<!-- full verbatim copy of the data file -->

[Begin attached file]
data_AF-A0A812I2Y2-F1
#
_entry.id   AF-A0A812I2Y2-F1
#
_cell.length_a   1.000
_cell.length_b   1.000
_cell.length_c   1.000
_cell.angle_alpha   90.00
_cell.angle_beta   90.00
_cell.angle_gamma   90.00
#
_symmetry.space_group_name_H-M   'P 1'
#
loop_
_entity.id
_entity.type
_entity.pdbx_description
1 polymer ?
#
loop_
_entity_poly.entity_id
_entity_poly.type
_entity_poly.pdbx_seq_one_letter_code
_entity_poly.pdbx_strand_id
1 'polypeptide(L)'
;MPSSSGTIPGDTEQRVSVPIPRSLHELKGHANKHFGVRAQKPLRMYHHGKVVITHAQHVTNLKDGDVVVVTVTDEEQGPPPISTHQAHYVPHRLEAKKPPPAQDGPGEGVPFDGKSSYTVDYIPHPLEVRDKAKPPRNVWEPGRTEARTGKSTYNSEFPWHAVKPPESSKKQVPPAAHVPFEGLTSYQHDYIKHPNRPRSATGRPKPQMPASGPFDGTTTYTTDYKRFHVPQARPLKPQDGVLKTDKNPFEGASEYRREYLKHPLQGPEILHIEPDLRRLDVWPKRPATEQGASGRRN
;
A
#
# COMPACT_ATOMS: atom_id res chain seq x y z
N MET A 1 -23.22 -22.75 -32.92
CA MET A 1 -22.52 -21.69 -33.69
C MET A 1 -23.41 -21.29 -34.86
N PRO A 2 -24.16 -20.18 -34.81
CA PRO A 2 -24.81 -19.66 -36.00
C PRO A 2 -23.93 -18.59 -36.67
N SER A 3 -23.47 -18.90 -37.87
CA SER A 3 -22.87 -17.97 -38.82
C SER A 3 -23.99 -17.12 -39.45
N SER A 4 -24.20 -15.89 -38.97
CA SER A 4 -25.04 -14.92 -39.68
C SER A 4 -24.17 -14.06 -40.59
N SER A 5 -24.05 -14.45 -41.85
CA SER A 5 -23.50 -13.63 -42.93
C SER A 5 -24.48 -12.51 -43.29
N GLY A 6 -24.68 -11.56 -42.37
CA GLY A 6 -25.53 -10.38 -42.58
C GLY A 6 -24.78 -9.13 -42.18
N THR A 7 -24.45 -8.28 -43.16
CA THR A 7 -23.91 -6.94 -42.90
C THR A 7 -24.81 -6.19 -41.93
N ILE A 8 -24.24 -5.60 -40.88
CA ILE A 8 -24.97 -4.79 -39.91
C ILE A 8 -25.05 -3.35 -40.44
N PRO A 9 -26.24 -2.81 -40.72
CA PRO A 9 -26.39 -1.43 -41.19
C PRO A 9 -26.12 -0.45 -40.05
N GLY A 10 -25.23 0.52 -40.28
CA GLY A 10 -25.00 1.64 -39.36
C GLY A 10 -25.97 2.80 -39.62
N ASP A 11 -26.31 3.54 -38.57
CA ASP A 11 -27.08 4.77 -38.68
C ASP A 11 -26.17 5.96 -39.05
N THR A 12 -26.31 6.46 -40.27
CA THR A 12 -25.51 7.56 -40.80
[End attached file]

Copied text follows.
data_AF-A0A812I2Y2-F1
#
_entry.id   AF-A0A812I2Y2-F1
#
_cell.length_a   1.000
_cell.length_b   1.000
_cell.length_c   1.000
_cell.angle_alpha   90.00
_cell.angle_beta   90.00
_cell.angle_gamma   90.00
#
_symmetry.space_group_name_H-M   'P 1'
#
loop_
_entity.id
_entity.type
_entity.pdbx_description
1 polymer ?
#
loop_
_entity_poly.entity_id
_entity_poly.type
_entity_poly.pdbx_seq_one_letter_code
_entity_poly.pdbx_strand_id
1 'polypeptide(L)'
;MPSSSGTIPGDTEQRVSVPIPRSLHELKGHANKHFGVRAQKPLRMYHHGKVVITHAQHVTNLKDGDVVVVTVTDEEQGPPPISTHQAHYVPHRLEAKKPPPAQDGPGEGVPFDGKSSYTVDYIPHPLEVRDKAKPPRNVWEPGRTEARTGKSTYNSEFPWHAVKPPESSKKQVPPAAHVPFEGLTSYQHDYIKHPNRPRSATGRPKPQMPASGPFDGTTTYTTDYKRFHVPQARPLKPQDGVLKTDKNPFEGASEYRREYLKHPLQGPEILHIEPDLRRLDVWPKRPATEQGASGRRN
;
A
#
# COMPACT_ATOMS: atom_id res chain seq x y z
N MET A 1 -23.22 -22.75 -32.92
CA MET A 1 -22.52 -21.69 -33.69
C MET A 1 -23.41 -21.29 -34.86
N PRO A 2 -24.16 -20.18 -34.81
CA PRO A 2 -24.81 -19.66 -36.00
C PRO A 2 -23.93 -18.59 -36.67
N SER A 3 -23.47 -18.90 -37.87
CA SER A 3 -22.87 -17.97 -38.82
C SER A 3 -23.99 -17.12 -39.45
N SER A 4 -24.20 -15.89 -38.97
CA SER A 4 -25.04 -14.92 -39.68
C SER A 4 -24.17 -14.06 -40.59
N SER A 5 -24.05 -14.45 -41.85
CA SER A 5 -23.50 -13.63 -42.93
C SER A 5 -24.48 -12.51 -43.29
N GLY A 6 -24.68 -11.56 -42.37
CA GLY A 6 -25.53 -10.38 -42.58
C GLY A 6 -24.78 -9.13 -42.18
N THR A 7 -24.45 -8.28 -43.16
CA THR A 7 -23.91 -6.94 -42.90
C THR A 7 -24.81 -6.19 -41.93
N ILE A 8 -24.24 -5.60 -40.88
CA ILE A 8 -24.97 -4.79 -39.91
C ILE A 8 -25.05 -3.35 -40.44
N PRO A 9 -26.24 -2.81 -40.72
CA PRO A 9 -26.39 -1.43 -41.19
C PRO A 9 -26.12 -0.45 -40.05
N GLY A 10 -25.23 0.52 -40.28
CA GLY A 10 -25.00 1.64 -39.36
C GLY A 10 -25.97 2.80 -39.62
N ASP A 11 -26.31 3.54 -38.57
CA ASP A 11 -27.08 4.77 -38.68
C ASP A 11 -26.17 5.96 -39.05
N THR A 12 -26.31 6.46 -40.27
CA THR A 12 -25.51 7.56 -40.80